FF questions viability of split mortgages after court ruling

Distressed borrowers may be pressurised over €1.5bn of ‘warehoused’ mortgage debt

Fianna Fail’s finance spokesman Michael McGrath. Photograph: Brenda Fitzsimons

Fianna Fail’s finance spokesman Michael McGrath. Photograph: Brenda Fitzsimons


Fianna Fáil has raised questions about the future of up to €1.5 billion of warehoused mortgage debt following a recent High Court ruling rejecting a proposal from KBC Bank Ireland to “warehouse” almost half of an insolvent couple’s debt instead of writing it off.

In a judgment last month Ms Justice Marie Baker ruled against the bank’s proposal to “freeze” €135,000 of a couple’s €285,000 mortgage to be repaid at some future date.

The personal insolvency arrangement agreed by the court meant Colm and Paula Callaghan from Drogheda, Co Louth, could write off about €242,000 worth of debt, including €165,000 due to KBC. The bank had appealed an earlier ruling by the Circuit Court granting the couple this deal.

“This judgment potentially has very significant implications for the use of the split mortgage method of restructuring a mortgage in arrears,” Fianna Fáil’s finance spokesman Michael McGrath said. “Under the most recent Central Bank mortgage arrears report, the split mortgage option has been used in 27,079 family home mortgages and 2,037 buy-to-let mortgages with a combined mortgage debt of just over €3 billion.

Parked mortages

In response to a parliamentary question put to him by Mr McGrath, Minister for Finance Michael Noonan confirmed “that something below half of that €3 billion has been warehoused, meaning that up to €1.5 billion of mortgage debt has been parked to some future date”.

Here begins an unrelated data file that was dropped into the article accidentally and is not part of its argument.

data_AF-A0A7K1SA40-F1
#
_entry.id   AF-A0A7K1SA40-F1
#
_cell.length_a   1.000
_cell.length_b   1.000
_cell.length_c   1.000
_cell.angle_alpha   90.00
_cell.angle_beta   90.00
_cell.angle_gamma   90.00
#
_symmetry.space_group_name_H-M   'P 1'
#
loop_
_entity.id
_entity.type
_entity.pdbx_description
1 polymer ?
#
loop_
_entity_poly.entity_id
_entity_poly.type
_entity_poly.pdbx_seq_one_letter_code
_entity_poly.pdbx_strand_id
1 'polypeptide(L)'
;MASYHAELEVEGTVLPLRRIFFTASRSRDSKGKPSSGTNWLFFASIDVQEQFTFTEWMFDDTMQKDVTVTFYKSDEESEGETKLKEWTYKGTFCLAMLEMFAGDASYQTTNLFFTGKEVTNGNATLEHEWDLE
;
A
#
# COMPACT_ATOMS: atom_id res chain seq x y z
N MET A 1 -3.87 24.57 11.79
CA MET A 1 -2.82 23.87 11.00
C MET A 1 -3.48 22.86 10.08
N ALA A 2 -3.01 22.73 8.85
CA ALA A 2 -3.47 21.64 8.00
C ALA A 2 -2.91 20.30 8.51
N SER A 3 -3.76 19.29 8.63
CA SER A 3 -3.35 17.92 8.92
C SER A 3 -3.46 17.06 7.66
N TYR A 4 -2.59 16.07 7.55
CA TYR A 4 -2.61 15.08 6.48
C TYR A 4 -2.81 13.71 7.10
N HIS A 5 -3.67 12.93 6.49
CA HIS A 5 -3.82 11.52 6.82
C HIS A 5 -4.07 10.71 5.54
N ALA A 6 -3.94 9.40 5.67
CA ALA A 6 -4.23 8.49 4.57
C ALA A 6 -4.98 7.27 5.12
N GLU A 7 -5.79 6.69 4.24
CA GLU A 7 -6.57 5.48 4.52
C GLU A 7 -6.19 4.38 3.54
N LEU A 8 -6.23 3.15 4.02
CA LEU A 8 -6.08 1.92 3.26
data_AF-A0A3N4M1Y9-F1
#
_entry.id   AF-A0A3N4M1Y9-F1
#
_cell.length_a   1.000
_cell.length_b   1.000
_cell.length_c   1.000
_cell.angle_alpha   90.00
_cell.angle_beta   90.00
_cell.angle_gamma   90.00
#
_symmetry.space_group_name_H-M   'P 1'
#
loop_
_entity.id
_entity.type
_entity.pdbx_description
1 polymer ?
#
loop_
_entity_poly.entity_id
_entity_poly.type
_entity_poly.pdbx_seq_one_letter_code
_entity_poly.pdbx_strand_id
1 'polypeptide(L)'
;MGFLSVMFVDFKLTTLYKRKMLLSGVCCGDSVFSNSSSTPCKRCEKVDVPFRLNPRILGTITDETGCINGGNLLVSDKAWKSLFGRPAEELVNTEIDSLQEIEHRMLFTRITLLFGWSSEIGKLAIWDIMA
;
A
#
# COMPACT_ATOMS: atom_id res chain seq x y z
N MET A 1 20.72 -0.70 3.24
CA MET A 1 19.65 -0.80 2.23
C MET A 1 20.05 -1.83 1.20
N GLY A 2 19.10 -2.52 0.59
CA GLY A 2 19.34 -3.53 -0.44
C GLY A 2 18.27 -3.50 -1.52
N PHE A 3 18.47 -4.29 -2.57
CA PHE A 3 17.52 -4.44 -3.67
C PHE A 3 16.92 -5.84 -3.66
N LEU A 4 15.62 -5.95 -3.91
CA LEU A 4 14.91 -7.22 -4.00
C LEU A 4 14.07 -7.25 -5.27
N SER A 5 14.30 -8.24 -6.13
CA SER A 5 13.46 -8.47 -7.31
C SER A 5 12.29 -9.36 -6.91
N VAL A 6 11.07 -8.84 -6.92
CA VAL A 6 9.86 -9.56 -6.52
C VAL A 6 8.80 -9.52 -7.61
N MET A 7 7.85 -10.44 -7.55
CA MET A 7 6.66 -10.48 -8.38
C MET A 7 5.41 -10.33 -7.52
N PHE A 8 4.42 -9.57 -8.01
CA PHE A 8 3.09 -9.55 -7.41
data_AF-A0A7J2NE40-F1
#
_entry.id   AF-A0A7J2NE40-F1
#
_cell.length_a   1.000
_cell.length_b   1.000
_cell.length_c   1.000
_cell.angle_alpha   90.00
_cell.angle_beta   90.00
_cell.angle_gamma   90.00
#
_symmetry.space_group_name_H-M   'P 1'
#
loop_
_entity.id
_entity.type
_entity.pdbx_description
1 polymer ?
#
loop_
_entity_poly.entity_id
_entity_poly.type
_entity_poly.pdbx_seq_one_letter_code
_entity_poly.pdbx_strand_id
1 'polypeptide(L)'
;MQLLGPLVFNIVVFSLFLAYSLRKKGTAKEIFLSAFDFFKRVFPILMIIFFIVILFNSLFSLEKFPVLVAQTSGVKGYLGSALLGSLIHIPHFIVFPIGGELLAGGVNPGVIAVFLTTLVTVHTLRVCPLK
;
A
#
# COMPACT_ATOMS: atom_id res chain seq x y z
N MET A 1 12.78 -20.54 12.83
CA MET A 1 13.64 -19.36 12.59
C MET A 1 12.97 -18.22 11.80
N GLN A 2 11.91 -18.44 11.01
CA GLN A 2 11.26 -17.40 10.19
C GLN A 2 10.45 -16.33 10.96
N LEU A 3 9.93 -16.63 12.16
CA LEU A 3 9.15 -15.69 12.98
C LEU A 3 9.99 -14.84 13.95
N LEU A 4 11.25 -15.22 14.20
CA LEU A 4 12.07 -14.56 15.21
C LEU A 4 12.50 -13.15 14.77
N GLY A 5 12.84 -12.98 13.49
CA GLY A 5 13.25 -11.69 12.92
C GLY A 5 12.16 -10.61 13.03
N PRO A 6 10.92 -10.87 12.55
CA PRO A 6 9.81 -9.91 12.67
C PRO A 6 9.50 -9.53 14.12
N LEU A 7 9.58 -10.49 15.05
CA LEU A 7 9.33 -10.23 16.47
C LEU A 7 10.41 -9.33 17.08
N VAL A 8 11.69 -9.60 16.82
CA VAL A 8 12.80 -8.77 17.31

This equates to an average of up to €50,000 of parked mortgage debt in each case.

Mr McGrath said the court ruling was “essentially asking the valid question as to whether it is better to agree a restructuring that makes a mortgage sustainable today rather than putting aside a chunk of the mortgage for repayment in the future”.

He said that 29,000 mortgage holders who have signed up to a split mortgage option are facing a “substantial bullet payment at some point in the future. Many of them have no idea how they will make this bullet payment in 10 or 15 years time and face the prospect of selling their home at that stage”.

He called on the Central Bank to address whether the banks should continue to be encouraged to use this method of restructuring a distressed mortgage.

Owen Callan, a financial analyst with Investec, acknowledged that the court ruling could have an impact on how banks deal with distressed borrowers.

However, he cast doubt on whether it would be retrospective. “I don’t think it will make any difference for mortgages which have already been restructured with portions warehoused,” he said.